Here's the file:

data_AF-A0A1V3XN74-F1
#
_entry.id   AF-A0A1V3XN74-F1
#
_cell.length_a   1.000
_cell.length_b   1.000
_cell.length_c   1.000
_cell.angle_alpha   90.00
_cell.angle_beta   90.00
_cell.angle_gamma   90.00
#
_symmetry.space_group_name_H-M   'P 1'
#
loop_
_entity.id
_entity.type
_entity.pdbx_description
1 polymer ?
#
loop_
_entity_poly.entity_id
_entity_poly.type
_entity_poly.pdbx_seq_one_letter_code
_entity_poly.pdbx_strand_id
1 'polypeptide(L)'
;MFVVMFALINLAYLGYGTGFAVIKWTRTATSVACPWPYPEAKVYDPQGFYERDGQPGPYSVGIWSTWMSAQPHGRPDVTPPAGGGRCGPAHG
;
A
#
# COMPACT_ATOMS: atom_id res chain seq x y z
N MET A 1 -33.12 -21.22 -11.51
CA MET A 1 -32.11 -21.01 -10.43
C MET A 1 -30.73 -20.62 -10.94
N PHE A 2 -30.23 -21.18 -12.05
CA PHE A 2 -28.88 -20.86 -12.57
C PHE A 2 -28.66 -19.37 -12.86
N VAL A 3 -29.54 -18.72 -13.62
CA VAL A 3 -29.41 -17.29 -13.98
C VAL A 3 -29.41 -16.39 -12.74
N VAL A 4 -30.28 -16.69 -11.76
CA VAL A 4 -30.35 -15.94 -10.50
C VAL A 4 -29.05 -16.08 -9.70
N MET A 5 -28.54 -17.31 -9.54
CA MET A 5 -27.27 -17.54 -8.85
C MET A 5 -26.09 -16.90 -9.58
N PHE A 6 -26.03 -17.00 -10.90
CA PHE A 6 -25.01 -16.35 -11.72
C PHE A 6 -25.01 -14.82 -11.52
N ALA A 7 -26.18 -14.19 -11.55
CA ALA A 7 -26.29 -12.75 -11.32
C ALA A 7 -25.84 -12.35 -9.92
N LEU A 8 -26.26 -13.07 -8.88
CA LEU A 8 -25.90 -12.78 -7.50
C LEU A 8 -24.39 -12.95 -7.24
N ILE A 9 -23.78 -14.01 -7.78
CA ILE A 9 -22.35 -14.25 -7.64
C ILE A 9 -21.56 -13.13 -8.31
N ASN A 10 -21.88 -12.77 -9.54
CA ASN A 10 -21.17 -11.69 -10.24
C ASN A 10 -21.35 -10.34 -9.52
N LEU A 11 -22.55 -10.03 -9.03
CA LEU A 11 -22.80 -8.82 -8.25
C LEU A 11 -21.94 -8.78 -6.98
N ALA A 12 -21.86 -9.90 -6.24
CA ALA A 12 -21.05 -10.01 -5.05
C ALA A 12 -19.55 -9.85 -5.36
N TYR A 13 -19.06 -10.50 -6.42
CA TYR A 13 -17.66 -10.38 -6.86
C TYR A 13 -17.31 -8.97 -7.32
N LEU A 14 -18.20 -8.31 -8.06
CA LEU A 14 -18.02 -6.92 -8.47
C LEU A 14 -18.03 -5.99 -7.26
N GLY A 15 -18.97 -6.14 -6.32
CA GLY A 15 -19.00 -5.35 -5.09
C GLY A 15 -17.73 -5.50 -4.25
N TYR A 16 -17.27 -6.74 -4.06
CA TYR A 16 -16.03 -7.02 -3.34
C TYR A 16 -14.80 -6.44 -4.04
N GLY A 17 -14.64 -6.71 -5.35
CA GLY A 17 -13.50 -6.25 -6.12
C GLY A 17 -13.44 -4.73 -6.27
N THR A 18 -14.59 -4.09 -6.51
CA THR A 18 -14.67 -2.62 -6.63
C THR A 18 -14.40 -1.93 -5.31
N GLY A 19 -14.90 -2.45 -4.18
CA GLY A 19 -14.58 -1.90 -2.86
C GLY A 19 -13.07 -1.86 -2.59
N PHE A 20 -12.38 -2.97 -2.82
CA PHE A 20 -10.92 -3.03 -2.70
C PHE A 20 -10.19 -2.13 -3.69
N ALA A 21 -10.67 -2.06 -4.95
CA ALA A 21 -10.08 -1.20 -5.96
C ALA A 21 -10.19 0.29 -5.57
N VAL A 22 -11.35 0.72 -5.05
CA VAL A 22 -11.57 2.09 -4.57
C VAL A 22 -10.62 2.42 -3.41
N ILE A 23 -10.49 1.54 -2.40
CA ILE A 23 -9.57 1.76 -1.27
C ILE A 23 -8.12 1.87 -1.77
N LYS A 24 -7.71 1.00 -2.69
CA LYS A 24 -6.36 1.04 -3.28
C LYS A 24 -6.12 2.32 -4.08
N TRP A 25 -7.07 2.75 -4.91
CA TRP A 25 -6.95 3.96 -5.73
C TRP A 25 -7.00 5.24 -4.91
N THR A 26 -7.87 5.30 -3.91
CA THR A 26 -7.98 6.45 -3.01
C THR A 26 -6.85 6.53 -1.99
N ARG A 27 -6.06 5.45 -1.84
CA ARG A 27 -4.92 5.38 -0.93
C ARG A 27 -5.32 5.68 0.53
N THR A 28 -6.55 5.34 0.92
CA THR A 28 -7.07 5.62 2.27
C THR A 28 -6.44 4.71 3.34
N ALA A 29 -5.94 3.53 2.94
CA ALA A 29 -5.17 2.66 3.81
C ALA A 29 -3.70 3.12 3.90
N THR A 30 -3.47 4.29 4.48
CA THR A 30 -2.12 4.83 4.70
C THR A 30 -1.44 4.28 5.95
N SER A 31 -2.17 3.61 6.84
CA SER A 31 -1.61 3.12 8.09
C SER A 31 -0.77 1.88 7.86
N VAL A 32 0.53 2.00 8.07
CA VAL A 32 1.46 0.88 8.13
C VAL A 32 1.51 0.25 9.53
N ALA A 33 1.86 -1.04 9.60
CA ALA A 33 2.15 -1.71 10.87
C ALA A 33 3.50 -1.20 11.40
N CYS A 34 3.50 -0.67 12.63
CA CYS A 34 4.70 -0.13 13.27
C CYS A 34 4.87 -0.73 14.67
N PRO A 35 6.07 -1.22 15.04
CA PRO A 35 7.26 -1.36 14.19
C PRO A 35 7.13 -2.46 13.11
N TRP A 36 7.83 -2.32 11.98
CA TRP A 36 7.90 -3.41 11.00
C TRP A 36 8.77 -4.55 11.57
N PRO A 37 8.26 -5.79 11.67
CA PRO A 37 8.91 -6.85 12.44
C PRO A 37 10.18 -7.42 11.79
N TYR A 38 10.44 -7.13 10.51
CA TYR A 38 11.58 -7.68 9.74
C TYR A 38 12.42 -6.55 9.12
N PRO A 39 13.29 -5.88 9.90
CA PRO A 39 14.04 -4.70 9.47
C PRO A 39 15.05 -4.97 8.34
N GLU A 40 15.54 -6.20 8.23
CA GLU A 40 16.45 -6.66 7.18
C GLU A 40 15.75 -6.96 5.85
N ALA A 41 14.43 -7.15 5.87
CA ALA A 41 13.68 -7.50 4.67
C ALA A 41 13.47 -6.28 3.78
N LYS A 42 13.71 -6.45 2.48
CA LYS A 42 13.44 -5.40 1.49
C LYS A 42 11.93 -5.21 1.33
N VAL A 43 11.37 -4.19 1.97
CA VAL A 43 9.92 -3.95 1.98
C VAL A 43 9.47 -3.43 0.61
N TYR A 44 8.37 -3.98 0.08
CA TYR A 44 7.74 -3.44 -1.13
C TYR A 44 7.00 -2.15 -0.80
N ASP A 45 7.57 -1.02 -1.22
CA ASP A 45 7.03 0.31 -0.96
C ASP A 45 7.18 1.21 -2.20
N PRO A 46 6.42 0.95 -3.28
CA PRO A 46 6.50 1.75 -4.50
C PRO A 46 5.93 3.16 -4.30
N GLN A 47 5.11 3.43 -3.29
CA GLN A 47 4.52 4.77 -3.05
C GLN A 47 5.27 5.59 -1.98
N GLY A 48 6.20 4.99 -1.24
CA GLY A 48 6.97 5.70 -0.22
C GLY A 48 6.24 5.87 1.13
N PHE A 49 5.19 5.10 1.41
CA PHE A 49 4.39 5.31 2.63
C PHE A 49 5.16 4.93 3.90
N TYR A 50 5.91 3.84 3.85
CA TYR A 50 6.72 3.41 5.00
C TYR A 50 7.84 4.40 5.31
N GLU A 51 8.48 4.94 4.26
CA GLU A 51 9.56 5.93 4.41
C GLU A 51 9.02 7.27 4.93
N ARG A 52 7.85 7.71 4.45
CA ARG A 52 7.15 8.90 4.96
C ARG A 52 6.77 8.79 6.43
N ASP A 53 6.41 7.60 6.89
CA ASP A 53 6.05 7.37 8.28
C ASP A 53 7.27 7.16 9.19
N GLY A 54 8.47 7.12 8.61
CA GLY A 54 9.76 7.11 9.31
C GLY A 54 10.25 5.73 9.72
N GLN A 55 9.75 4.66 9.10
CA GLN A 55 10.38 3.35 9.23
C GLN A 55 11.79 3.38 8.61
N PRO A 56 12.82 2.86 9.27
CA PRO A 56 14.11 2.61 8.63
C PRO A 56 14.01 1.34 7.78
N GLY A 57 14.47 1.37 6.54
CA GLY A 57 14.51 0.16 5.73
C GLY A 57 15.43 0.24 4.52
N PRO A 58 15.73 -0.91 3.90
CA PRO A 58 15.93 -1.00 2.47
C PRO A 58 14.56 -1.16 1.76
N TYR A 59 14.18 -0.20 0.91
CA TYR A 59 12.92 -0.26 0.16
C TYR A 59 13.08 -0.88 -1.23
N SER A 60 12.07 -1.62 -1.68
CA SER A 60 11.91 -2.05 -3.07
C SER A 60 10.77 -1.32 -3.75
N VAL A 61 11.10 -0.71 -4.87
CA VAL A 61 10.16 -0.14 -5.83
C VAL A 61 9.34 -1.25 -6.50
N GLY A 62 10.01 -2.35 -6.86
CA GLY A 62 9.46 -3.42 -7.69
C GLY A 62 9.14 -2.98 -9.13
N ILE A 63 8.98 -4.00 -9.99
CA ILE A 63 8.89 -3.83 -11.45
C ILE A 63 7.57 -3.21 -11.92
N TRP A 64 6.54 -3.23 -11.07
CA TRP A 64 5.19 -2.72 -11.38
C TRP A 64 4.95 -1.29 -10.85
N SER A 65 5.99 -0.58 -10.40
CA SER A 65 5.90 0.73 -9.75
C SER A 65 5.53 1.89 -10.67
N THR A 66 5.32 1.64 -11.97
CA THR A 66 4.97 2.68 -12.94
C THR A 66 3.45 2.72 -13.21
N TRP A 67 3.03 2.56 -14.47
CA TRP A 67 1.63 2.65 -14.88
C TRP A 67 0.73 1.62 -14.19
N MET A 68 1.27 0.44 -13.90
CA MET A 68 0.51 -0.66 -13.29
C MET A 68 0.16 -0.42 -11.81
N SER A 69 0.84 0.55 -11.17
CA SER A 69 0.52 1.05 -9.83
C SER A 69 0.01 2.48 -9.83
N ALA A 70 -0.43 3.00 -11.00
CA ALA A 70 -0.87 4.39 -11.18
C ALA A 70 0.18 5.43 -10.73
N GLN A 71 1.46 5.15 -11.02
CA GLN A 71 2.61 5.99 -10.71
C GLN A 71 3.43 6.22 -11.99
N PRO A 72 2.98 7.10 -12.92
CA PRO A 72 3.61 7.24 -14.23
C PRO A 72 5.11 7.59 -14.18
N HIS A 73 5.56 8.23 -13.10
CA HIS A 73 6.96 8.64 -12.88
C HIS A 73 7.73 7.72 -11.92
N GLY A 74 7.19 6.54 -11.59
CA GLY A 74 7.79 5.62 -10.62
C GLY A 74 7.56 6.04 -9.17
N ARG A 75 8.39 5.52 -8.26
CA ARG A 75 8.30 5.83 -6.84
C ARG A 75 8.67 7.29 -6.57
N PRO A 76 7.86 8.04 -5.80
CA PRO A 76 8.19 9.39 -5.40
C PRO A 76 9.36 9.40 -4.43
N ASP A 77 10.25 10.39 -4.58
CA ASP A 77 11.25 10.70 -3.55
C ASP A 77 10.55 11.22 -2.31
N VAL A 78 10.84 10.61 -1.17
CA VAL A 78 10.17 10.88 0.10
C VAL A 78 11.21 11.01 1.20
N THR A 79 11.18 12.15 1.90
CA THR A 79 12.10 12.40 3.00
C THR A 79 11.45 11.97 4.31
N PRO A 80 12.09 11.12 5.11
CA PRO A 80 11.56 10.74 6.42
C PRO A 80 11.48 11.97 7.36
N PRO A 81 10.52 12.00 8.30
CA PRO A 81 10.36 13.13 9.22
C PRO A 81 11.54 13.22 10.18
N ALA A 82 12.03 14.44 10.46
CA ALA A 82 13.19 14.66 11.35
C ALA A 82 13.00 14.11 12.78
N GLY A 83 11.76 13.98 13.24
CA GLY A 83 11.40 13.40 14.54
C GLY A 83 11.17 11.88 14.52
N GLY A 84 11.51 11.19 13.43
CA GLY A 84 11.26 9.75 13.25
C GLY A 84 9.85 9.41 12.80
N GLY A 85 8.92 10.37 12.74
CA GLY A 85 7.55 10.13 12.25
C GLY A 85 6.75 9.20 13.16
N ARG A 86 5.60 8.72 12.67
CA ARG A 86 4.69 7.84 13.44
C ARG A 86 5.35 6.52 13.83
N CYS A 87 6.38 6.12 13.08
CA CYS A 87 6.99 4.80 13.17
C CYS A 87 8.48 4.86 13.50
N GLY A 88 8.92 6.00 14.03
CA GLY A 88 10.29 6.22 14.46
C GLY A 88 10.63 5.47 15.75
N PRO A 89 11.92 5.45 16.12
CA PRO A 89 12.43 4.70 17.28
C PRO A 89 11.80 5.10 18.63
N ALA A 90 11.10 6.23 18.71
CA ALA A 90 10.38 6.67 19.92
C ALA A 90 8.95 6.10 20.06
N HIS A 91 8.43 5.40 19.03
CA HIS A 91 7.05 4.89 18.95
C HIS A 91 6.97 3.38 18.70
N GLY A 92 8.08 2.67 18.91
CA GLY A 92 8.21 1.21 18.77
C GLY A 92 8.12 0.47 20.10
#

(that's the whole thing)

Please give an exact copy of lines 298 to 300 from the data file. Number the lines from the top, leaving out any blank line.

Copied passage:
N ALA A 90 11.10 6.23 18.71
CA ALA A 90 10.38 6.67 19.92
C ALA A 90 8.95 6.10 20.06